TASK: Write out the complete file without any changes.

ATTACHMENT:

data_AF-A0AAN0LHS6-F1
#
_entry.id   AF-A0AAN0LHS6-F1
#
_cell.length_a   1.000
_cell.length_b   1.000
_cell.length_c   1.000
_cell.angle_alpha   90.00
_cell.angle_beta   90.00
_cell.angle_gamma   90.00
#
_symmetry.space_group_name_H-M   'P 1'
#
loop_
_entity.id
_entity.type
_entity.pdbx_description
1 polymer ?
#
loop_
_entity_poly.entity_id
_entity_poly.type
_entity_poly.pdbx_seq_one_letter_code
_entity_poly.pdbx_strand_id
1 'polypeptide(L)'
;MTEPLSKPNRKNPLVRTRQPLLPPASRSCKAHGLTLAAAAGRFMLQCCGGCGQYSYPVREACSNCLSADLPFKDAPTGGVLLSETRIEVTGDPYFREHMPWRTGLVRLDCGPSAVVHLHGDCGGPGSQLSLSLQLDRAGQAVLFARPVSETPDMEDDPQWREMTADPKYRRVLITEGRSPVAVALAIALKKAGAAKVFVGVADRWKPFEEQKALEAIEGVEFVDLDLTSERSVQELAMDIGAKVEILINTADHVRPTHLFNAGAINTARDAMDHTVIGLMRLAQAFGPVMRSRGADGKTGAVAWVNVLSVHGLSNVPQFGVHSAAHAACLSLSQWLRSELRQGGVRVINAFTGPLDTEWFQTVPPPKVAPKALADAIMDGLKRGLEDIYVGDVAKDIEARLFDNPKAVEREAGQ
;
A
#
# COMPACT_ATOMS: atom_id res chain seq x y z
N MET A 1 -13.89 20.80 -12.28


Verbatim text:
data_AF-A0AAN0LHS6-F1
#
_entry.id   AF-A0AAN0LHS6-F1
#
_cell.length_a   1.000
_cell.length_b   1.000
_cell.length_c   1.000
_cell.angle_alpha   90.00
_cell.angle_beta   90.00
_cell.angle_gamma   90.00
#
_symmetry.space_group_name_H-M   'P 1'
#
loop_
_entity.id
_entity.type
_entity.pdbx_description
1 polymer ?
#
loop_
_entity_poly.entity_id
_entity_poly.type
_entity_poly.pdbx_seq_one_letter_code
_entity_poly.pdbx_strand_id
1 'polypeptide(L)'
;MTEPLSKPNRKNPLVRTRQPLLPPASRSCKAHGLTLAAAAGRFMLQCCGGCGQYSYPVREACSNCLSADLPFKDAPTGGVLLSETRIEVTGDPYFREHMPWRTGLVRLDCGPSAVVHLHGDCGGPGSQLSLSLQLDRAGQAVLFARPVSETPDMEDDPQWREMTADPKYRRVLITEGRSPVAVALAIALKKAGAAKVFVGVADRWKPFEEQKALEAIEGVEFVDLDLTSERSVQELAMDIGAKVEILINTADHVRPTHLFNAGAINTARDAMDHTVIGLMRLAQAFGPVMRSRGADGKTGAVAWVNVLSVHGLSNVPQFGVHSAAHAACLSLSQWLRSELRQGGVRVINAFTGPLDTEWFQTVPPPKVAPKALADAIMDGLKRGLEDIYVGDVAKDIEARLFDNPKAVEREAGQ
;
A
#
# COMPACT_ATOMS: atom_id res chain seq x y z
N MET A 1 -13.89 20.80 -12.28